However, I use the phrase often and with accuracy that we're a low-density high-demand asset within the Canadian Forces and the Government of Canada, and we punch well above our weight. My folks, who I've worked with as colleagues and now as their leader, continue to do that on a daily basis, so when we're providing that operationally timely and relevant legal advice, because we do so under very extremely stressful circumstances...
Many of you have just returned from a trip to Afghanistan. We have seven legal advisers deployed to Afghanistan currently, and they're at the right hand of the commander for every decision the commander is making that requires legal advice, and that's not in a comfortable office at 10 o'clock in the morning over a coffee.
Those are extremely demanding circumstances, so when we're providing that advice, whether it's here in Ottawa, which can equally be stressful at times, or across the country, or on deployments, I have to make sure that my people are taken care of and that they're not burned out as well.
Those are my two biggest challenges, Mr. Chair.
BGen Bernard Blaise Cathcart:
Again, that's a very good question, Mr. Chair.
There are different avenues in which I may play a role. You used the term “adjudicate”. That's a broad term.
Obviously, as command, and command over my folks, I have to make sure that my own folks are properly trained, equipped, and educated to be able to deal with those issues, because they provide legal advice, as I've said many times, which I think is commonplace knowledge now. They provide advice primarily to CF, but to the department as well, so we have a constant process of providing advice in a solicitor-client privilege scenario. During that interaction, whether at the lowest levels or at my high levels in Ottawa, we're always very cognizant about the rule of law, the importance of the rule of law, and ensuring that all CF operations, domestic and international, comply with the rule of law.
So we come in on a daily basis in terms of advice. As a superintendent of the military justice system, I play a superintendent's role, so that if there are cases that end up involving a Canadian Forces member for violations of the law of armed conflict--also known as international humanitarian law--I may play a role. That's largely with the independent prosecution service and defence and judge, but again, if there's a particular aspect that looks like it's going off the rails, to put it in basic terms, I may have to play a public role to intervene at that point.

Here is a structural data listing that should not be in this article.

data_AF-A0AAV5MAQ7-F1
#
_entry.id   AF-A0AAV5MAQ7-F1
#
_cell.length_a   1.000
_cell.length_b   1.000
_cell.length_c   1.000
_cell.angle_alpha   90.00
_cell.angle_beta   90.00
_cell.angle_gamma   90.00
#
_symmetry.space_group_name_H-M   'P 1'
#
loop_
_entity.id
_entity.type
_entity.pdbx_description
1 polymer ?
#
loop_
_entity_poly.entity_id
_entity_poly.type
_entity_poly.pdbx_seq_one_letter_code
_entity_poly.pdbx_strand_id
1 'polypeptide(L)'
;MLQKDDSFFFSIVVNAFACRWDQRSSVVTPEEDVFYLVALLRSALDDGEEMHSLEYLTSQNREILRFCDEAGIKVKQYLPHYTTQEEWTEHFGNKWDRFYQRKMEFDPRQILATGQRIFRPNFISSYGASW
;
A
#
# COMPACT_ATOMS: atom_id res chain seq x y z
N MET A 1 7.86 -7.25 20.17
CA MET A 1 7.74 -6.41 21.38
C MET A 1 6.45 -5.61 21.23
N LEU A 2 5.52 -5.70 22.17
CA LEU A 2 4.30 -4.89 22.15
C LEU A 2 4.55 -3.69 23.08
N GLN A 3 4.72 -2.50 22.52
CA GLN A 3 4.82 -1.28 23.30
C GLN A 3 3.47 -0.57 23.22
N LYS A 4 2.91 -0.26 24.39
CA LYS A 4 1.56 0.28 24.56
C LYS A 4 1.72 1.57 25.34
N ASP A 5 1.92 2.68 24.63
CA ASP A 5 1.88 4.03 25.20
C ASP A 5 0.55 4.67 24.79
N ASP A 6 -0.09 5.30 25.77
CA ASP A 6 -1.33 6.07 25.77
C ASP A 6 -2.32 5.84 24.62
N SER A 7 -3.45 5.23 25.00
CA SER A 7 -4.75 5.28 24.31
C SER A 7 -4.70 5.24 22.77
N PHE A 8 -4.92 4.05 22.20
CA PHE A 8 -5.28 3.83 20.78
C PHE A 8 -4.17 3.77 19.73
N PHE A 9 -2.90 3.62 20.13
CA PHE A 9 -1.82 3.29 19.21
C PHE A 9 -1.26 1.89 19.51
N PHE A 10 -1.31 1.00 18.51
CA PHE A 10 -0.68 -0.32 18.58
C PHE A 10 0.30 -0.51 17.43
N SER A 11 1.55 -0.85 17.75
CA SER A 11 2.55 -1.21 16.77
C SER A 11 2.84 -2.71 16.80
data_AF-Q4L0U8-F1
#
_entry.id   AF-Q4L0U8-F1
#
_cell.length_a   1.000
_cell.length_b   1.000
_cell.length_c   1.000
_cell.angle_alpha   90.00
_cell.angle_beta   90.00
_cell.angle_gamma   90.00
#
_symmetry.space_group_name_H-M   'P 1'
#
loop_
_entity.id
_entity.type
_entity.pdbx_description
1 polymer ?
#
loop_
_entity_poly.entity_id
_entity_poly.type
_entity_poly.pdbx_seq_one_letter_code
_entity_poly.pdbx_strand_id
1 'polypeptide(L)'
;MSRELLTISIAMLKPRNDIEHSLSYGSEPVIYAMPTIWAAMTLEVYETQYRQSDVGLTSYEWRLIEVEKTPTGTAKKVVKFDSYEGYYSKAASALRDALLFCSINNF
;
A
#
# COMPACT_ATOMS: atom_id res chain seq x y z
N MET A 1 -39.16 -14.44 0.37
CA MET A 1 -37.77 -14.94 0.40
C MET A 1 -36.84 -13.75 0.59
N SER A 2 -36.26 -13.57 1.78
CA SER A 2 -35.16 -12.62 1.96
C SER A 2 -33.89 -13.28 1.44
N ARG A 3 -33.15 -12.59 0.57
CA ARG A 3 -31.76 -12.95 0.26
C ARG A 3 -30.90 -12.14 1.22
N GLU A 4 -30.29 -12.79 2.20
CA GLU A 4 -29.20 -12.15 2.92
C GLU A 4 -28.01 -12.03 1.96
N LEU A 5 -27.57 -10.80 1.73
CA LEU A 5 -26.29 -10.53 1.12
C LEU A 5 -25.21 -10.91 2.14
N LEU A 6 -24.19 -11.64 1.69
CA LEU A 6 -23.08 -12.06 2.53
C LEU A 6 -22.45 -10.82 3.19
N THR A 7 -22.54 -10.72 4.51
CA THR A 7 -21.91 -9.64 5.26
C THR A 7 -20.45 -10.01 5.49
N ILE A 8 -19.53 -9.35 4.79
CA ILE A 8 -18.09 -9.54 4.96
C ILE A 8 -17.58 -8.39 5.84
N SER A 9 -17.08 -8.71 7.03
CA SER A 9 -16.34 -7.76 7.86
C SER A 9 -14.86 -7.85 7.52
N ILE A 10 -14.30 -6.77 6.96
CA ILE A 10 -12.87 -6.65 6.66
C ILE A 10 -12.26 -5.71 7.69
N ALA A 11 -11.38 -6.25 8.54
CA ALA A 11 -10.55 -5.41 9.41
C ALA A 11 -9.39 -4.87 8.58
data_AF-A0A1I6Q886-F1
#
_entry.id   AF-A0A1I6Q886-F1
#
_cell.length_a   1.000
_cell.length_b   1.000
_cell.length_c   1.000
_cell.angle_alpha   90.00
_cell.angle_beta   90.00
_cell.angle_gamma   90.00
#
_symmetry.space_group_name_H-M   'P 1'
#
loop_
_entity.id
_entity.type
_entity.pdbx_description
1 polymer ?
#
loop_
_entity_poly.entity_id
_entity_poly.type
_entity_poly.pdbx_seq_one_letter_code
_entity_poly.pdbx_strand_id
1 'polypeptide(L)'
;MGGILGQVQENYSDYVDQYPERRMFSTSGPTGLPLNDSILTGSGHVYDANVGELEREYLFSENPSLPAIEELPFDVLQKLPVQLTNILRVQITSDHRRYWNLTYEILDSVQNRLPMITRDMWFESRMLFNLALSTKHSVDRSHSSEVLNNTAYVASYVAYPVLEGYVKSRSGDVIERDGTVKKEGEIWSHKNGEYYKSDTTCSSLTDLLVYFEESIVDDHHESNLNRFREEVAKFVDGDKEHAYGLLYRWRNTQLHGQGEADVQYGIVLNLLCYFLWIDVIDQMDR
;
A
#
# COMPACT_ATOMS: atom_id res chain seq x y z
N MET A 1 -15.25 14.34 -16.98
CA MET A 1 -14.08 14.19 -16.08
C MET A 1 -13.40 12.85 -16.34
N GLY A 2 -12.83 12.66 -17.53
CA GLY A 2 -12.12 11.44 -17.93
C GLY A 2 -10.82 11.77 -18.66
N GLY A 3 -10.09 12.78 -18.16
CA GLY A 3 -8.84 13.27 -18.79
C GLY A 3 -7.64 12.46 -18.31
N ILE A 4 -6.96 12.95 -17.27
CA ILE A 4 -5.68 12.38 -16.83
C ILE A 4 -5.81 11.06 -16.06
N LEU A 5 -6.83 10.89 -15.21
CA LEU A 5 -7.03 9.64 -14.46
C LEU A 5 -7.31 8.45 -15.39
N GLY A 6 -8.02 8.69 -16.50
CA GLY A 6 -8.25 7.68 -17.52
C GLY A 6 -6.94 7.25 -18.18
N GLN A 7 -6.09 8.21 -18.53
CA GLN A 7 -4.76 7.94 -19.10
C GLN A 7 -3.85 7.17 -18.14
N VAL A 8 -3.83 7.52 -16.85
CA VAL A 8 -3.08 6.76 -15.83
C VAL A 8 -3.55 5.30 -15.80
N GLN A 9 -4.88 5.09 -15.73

Mr. Claude Bachand (Saint-Jean, BQ):
Thank you, Mr. Chair.
Welcome, Mr. Cathcart.
I want to discuss the issue of solicitor-client privilege. Your predecessor, Mr. Watkin, made it clear that he could not answer some of our questions because he had to protect his client.
Nevertheless, I am trying to find an approach that would allow Parliament to exercise its authority to determine whether the government has been effective and efficient. Unless I am mistaken, it even says in the Constitution that the entire opposition, not just the official opposition, must ensure that the government is administering and spending tax dollars appropriately.
But, sooner or later, we seem to hit a brick wall. I would like to know what kind of agreement we can reach to break through that wall. I will explain.
You said that, as things stand now, you can tell the committee that you cannot answer certain questions. In your opinion, what needs to be different in order to change the way “things stand now”? Would it take an amendment to the National Defence Act, a constitutional amendment, a regulatory amendment? What would compel you to answer the committee's questions today in full?
BGen Bernard Blaise Cathcart: Merci, monsieur le président
. C'est une bonne question
Again, I'm here to speak to my qualifications. Your question invites me to speculate on possibilities of making what are essentially legal changes to the current state of the law.
With respect, Mr. Chair, that's not my role. Even if that were the object of this particular inquiry, which it's not, I could not address that specifically.
There are many complicating factors. There are policy decisions and, more importantly, from my perspective, legal precedents. As you may be familiar with, Mr. Chair, much of this issue of solicitor-client privilege has been dealt with and is constantly dealt with in the courts across Canada, and the Supreme Court of Canada has spoken on it frequently.
I think the most recent significant case, called the Blood Tribe case, clearly outlined that from the court's perspective the existence of the solicitor-client privilege is alive and well both in the private and the public practice of law and that it is something to be truly protected.